Of the plethora of procedures and policies within Congress, it is not surprising that one of the most integral parts is also one of the most intriguing: representation. Representation makes up one of the two main purposes of Congress, and without it the foundation by which our government was built, as well as the voice of the people, would be lost. Thus, it comes to no surprise that there are several factors that weigh into the way representation unfolds. Not only is it important to acknowledge the different types of representation and quality that members distribute individually, but it is also important to note representation from a party level, as a member is not only a representative of their constituents, but also a representative of their respective party. This blog will take a closer look at the ways representatives have used different forms of representation to keep the confidence of their constituents and fellow party members, but also examine new suggestions to improving the current system.
In this video Michael Lind, Executive Editor of National Interest magazine, shares his insight on ways to reform Congress. Of particular interest is Mr. Lind’s suggestion that term limits on members of Congress would provide for more effective representation. He suggests that term limits would effectively destroy the partisan deadline “monopolies” created by the two national parties, as well as eliminate both financial corruption and too much lobbying power, but ultimately he sees that this idea would not work. Instead, electing new members of Congress to replace the old would accomplish what term limits set out to do without having to change the existing establishment. Insuring that this rotation occurs, though, rests not only in the hands of the voter, but also on the members of Congress. Lind says that if you believe the problems of voting in effective representation rests with the representative, than you’re touching on partisan gridlock- when members of the parties are too busy arguing about issues instead of taking the time to sit back and evaluate what the proper solution is.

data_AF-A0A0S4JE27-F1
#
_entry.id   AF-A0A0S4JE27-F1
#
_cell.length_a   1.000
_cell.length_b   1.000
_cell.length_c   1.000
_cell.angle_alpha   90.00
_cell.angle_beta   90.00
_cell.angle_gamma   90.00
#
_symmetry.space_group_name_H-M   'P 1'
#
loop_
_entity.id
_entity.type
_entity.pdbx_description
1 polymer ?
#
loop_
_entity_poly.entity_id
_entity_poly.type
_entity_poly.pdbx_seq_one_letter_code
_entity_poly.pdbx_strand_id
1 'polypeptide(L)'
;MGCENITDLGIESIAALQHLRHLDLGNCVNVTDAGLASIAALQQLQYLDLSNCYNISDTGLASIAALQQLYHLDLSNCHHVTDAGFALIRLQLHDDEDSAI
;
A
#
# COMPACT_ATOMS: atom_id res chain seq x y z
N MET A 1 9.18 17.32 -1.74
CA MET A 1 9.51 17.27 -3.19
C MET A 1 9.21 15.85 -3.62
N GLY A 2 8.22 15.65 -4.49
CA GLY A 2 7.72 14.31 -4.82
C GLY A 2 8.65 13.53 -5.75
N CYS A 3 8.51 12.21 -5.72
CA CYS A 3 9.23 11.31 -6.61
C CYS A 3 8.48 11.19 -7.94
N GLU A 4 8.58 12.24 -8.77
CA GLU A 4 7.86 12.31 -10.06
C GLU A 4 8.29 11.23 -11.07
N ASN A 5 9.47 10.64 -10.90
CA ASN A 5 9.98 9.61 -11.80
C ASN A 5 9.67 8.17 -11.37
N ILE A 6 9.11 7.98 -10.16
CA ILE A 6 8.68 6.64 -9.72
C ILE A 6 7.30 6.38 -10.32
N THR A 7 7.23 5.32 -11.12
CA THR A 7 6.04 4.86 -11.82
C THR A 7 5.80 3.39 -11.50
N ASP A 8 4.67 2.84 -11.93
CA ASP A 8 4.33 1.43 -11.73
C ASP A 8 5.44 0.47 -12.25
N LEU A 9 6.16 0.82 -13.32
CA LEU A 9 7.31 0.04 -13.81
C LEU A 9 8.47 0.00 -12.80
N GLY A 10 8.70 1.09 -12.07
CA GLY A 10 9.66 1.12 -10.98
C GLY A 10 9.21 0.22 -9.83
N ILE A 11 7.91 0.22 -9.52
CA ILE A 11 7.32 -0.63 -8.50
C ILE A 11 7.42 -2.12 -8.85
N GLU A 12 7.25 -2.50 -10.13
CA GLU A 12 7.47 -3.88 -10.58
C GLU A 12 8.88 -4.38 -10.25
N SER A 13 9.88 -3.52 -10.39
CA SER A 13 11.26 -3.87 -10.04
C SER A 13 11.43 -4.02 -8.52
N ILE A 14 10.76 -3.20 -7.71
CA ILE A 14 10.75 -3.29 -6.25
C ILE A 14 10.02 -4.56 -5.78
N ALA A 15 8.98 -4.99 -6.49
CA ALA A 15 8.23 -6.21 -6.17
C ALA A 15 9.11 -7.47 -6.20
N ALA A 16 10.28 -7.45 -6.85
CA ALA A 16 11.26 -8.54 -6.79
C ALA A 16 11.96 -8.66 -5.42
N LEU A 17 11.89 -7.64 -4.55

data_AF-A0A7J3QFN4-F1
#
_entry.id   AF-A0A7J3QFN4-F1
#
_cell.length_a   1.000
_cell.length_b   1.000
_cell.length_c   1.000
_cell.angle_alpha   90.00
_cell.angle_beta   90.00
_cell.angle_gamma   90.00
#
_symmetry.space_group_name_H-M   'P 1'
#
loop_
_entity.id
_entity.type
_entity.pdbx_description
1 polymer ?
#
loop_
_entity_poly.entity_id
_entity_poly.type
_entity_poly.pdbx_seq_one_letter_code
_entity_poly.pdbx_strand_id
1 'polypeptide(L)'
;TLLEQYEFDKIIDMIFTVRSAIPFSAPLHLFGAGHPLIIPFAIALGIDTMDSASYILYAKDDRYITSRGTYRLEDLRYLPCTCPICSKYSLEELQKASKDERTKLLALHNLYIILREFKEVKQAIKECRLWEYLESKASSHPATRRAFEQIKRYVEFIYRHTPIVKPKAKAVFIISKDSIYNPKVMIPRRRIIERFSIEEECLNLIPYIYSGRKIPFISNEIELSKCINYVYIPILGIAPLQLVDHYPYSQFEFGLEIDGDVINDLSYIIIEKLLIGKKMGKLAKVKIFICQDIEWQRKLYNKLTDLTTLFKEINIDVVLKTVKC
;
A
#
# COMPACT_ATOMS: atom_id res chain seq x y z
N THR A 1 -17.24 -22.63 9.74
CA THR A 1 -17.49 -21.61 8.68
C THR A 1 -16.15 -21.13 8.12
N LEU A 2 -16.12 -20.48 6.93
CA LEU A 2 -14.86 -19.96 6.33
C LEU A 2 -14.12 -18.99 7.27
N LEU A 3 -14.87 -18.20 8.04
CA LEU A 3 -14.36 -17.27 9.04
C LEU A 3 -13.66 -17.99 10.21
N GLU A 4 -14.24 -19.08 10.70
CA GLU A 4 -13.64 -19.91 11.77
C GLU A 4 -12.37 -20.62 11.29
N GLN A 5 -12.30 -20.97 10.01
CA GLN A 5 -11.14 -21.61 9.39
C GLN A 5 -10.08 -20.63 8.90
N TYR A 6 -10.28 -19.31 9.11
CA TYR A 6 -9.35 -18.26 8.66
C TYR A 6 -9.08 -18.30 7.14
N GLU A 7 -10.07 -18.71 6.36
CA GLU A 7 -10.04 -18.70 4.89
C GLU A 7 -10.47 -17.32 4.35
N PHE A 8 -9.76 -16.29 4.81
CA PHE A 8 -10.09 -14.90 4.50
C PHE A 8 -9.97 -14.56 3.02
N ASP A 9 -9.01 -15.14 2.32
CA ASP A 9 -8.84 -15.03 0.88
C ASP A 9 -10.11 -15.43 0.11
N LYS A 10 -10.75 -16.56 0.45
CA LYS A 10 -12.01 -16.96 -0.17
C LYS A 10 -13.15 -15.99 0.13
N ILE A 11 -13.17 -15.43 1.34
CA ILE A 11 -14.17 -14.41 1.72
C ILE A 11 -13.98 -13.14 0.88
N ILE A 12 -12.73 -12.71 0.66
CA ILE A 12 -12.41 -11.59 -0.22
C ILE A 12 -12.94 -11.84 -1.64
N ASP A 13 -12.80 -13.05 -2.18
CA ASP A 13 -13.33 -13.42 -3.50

This discussion of partisan gridlock leads into the topic of compromise within Congress, and what it takes for this compromise to be possible amongst representatives. According to Steven Smith’s The American Congress, for compromise to be possible “members sometimes must retreat from their commitments to their individual states and districts.” Unfortunately, this idea of following the party is not viewed upon willingly by the constituents to whom the representative is supposed to be serving.
Constituents often feel that representatives should vote solely for what they have put them in office to do, which is named the delegate form of representation. According to Smith, however, it would be problematic to serve only as a delegate representative because constituents have “conflicting or ambiguous views (or none at all) about the issues before Congress.” If a member does not serve as a delegate representative the other option is to serve as a trustee. Smith defines a trustee as “representing his or her constituents by exercising independent judgment about the interests of the district, state, or nation.” This trustee form of representation would be the precise example of what many constituents find faulty in their representative. However, when it comes time to vote for representatives many voters fall into the trap of voting for a familiar face or name, rather than for the quality or record their representative. This lack of research on the voter’s part is exactly what Lind was discussing in the video, which results to reform ideas such as term limits.
Ideally the best representative would combine both the delegate and trustee points through something titled politico. Smith notes the downfall of politico representation is that, unfortunately, “constituents are not likely to agree either with which issues are important or when representatives should act as delegates and when they should act as trustees.”